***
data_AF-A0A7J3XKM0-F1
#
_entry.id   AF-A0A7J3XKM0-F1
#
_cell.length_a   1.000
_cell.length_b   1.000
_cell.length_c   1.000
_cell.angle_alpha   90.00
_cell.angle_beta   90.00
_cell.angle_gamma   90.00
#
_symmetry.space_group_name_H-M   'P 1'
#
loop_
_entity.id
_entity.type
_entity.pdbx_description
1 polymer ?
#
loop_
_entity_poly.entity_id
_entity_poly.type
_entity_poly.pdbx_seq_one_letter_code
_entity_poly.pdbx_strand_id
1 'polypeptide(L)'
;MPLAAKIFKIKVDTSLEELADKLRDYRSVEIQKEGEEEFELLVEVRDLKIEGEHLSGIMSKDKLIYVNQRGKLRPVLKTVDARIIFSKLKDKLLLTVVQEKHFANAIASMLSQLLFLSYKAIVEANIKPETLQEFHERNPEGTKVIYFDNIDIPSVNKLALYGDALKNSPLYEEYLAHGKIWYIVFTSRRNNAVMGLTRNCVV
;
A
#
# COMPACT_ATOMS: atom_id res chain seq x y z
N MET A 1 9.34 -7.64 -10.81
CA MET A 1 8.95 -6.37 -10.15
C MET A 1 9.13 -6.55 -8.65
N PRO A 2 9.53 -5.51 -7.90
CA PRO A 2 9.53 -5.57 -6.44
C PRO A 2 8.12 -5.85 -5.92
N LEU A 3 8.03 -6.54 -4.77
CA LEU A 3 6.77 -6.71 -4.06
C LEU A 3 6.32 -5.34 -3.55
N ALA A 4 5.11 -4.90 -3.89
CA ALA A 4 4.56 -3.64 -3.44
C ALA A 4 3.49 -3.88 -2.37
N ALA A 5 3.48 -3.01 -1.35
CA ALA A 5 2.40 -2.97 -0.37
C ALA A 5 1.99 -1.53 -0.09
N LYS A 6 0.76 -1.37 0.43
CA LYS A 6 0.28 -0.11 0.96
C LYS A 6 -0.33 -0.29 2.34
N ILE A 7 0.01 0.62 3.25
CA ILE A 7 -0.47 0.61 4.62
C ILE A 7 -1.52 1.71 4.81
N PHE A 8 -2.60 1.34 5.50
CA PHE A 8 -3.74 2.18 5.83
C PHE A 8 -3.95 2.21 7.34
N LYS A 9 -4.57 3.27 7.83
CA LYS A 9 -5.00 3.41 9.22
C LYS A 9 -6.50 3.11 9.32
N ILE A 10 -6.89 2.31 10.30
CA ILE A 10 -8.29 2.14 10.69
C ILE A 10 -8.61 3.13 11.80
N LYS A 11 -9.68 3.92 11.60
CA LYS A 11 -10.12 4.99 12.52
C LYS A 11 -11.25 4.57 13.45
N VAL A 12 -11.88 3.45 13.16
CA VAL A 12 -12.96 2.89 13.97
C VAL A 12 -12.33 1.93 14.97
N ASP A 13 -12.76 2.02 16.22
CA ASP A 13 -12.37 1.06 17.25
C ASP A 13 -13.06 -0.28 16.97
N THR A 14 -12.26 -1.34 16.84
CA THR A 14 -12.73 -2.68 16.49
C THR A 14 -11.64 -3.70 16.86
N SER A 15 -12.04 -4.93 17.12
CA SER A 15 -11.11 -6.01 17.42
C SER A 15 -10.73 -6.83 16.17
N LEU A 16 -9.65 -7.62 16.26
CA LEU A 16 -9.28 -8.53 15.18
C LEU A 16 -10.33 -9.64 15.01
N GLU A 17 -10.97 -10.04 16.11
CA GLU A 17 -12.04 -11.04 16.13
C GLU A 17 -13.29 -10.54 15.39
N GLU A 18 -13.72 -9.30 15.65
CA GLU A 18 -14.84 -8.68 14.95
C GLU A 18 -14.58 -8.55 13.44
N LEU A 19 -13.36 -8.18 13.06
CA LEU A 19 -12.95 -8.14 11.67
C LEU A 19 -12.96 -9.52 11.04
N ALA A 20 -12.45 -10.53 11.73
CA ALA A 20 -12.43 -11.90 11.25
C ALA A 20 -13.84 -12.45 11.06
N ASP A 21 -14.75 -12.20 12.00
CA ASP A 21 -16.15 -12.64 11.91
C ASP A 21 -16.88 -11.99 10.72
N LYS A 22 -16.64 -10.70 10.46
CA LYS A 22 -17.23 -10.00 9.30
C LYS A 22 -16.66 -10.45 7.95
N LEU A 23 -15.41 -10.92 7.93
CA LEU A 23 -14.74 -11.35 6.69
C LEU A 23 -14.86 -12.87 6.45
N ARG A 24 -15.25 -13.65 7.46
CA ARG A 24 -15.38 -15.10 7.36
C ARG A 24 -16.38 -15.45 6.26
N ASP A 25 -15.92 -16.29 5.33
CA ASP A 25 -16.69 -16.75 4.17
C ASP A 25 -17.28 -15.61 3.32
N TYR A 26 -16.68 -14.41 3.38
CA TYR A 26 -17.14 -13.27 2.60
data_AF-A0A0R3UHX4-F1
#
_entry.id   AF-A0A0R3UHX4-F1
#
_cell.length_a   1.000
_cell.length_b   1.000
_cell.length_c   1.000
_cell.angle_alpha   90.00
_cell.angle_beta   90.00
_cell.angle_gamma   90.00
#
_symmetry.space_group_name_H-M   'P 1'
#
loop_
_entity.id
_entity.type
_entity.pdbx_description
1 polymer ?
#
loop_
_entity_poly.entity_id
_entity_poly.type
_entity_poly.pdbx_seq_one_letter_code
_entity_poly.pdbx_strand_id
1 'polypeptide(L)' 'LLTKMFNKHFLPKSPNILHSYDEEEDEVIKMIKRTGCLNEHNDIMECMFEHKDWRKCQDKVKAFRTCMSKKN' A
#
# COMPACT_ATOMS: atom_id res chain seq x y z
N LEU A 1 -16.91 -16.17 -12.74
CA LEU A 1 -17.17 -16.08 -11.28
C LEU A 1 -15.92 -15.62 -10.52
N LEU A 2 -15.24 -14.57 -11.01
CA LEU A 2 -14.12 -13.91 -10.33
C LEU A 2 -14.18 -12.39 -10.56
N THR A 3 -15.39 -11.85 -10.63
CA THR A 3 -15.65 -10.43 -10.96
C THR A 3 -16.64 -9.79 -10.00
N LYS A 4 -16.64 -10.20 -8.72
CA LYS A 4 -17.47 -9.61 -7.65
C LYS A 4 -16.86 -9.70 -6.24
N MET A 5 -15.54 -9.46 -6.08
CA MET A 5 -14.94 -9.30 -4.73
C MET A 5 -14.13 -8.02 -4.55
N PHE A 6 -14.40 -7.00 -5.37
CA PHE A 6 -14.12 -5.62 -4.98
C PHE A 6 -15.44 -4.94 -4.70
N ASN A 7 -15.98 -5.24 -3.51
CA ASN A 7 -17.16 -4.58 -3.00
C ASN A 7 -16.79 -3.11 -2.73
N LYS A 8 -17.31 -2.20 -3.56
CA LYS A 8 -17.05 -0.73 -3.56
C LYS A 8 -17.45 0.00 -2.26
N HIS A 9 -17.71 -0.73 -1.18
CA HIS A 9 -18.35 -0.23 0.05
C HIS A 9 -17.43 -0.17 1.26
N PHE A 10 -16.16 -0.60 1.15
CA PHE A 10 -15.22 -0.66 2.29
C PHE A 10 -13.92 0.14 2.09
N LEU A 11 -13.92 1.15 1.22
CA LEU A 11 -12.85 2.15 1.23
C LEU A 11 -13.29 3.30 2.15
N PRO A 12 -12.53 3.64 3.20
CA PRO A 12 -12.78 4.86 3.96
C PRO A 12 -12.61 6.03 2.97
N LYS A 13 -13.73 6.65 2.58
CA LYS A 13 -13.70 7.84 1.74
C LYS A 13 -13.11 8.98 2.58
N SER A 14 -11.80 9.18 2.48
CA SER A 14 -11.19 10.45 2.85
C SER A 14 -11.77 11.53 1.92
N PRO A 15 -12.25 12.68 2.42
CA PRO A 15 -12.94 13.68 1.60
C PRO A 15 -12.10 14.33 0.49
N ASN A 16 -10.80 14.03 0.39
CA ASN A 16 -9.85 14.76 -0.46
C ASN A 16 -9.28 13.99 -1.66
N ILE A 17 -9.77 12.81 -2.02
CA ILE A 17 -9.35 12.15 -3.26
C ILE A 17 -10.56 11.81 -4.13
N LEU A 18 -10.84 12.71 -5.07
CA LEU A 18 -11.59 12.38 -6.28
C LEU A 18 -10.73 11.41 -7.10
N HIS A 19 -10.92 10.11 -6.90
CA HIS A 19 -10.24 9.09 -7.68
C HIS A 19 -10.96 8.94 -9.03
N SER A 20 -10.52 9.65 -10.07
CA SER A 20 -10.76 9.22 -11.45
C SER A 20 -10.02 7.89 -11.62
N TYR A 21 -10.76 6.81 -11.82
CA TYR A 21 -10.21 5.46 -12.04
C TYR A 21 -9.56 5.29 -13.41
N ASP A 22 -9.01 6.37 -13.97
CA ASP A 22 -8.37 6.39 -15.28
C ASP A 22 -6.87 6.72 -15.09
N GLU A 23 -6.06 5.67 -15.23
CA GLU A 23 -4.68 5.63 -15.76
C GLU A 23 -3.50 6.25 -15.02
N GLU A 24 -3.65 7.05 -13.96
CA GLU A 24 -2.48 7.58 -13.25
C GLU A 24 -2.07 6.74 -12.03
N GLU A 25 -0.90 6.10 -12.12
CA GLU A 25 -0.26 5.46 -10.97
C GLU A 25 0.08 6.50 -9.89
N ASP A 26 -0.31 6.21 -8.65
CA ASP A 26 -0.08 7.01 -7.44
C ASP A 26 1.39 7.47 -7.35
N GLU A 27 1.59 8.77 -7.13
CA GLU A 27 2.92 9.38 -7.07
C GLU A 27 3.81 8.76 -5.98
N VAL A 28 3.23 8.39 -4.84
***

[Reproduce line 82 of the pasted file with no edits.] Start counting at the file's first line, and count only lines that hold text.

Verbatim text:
N GLU A 18 -13.72 -9.30 15.65